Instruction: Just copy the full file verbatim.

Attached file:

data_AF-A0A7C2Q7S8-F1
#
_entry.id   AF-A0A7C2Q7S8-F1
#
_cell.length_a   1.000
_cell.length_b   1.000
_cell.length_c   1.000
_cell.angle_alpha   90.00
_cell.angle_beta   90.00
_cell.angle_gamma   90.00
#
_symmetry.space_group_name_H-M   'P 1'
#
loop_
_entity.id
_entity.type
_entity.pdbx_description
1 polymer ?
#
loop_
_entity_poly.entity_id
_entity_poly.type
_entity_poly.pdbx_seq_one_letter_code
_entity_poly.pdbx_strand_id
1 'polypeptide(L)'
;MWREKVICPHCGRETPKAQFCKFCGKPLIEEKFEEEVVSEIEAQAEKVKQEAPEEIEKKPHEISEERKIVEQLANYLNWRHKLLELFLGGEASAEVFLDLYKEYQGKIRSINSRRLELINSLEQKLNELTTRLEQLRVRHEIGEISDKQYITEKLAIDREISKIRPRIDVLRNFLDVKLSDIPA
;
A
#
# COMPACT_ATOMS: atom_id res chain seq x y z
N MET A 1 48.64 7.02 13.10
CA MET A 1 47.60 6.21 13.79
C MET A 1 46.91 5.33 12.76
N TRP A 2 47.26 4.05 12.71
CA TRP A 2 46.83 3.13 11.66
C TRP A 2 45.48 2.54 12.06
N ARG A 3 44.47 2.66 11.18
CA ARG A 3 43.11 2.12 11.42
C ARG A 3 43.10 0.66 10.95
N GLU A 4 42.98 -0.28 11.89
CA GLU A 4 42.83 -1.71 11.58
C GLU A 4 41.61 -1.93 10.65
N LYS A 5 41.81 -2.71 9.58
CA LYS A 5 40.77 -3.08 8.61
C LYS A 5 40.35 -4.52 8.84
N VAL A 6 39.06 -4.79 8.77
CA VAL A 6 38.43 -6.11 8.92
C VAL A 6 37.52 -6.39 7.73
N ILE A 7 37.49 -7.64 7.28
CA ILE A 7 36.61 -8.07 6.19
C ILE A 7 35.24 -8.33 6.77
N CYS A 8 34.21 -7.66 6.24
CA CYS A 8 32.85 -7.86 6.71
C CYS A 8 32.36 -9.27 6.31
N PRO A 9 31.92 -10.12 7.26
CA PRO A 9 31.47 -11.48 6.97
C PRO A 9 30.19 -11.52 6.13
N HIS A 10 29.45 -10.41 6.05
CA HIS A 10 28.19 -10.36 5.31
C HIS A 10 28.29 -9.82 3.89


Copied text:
data_AF-A0A7C2Q7S8-F1
#
_entry.id   AF-A0A7C2Q7S8-F1
#
_cell.length_a   1.000
_cell.length_b   1.000
_cell.length_c   1.000
_cell.angle_alpha   90.00
_cell.angle_beta   90.00
_cell.angle_gamma   90.00
#
_symmetry.space_group_name_H-M   'P 1'
#
loop_
_entity.id
_entity.type
_entity.pdbx_description
1 polymer ?
#
loop_
_entity_poly.entity_id
_entity_poly.type
_entity_poly.pdbx_seq_one_letter_code
_entity_poly.pdbx_strand_id
1 'polypeptide(L)'
;MWREKVICPHCGRETPKAQFCKFCGKPLIEEKFEEEVVSEIEAQAEKVKQEAPEEIEKKPHEISEERKIVEQLANYLNWRHKLLELFLGGEASAEVFLDLYKEYQGKIRSINSRRLELINSLEQKLNELTTRLEQLRVRHEIGEISDKQYITEKLAIDREISKIRPRIDVLRNFLDVKLSDIPA
;
A
#
# COMPACT_ATOMS: atom_id res chain seq x y z
N MET A 1 48.64 7.02 13.10
CA MET A 1 47.60 6.21 13.79
C MET A 1 46.91 5.33 12.76
N TRP A 2 47.26 4.05 12.71
CA TRP A 2 46.83 3.13 11.66
C TRP A 2 45.48 2.54 12.06
N ARG A 3 44.47 2.66 11.18
CA ARG A 3 43.11 2.12 11.42
C ARG A 3 43.10 0.66 10.95
N GLU A 4 42.98 -0.28 11.89
CA GLU A 4 42.83 -1.71 11.58
C GLU A 4 41.61 -1.93 10.65
N LYS A 5 41.81 -2.71 9.58
CA LYS A 5 40.77 -3.08 8.61
C LYS A 5 40.35 -4.52 8.84
N VAL A 6 39.06 -4.79 8.77
CA VAL A 6 38.43 -6.11 8.92
C VAL A 6 37.52 -6.39 7.73
N ILE A 7 37.49 -7.64 7.28
CA ILE A 7 36.61 -8.07 6.19
C ILE A 7 35.24 -8.33 6.77
N CYS A 8 34.21 -7.66 6.24
CA CYS A 8 32.85 -7.86 6.71
C CYS A 8 32.36 -9.27 6.31
N PRO A 9 31.92 -10.12 7.26
CA PRO A 9 31.47 -11.48 6.97
C PRO A 9 30.19 -11.52 6.13
N HIS A 10 29.45 -10.41 6.05
CA HIS A 10 28.19 -10.36 5.31
C HIS A 10 28.29 -9.82 3.89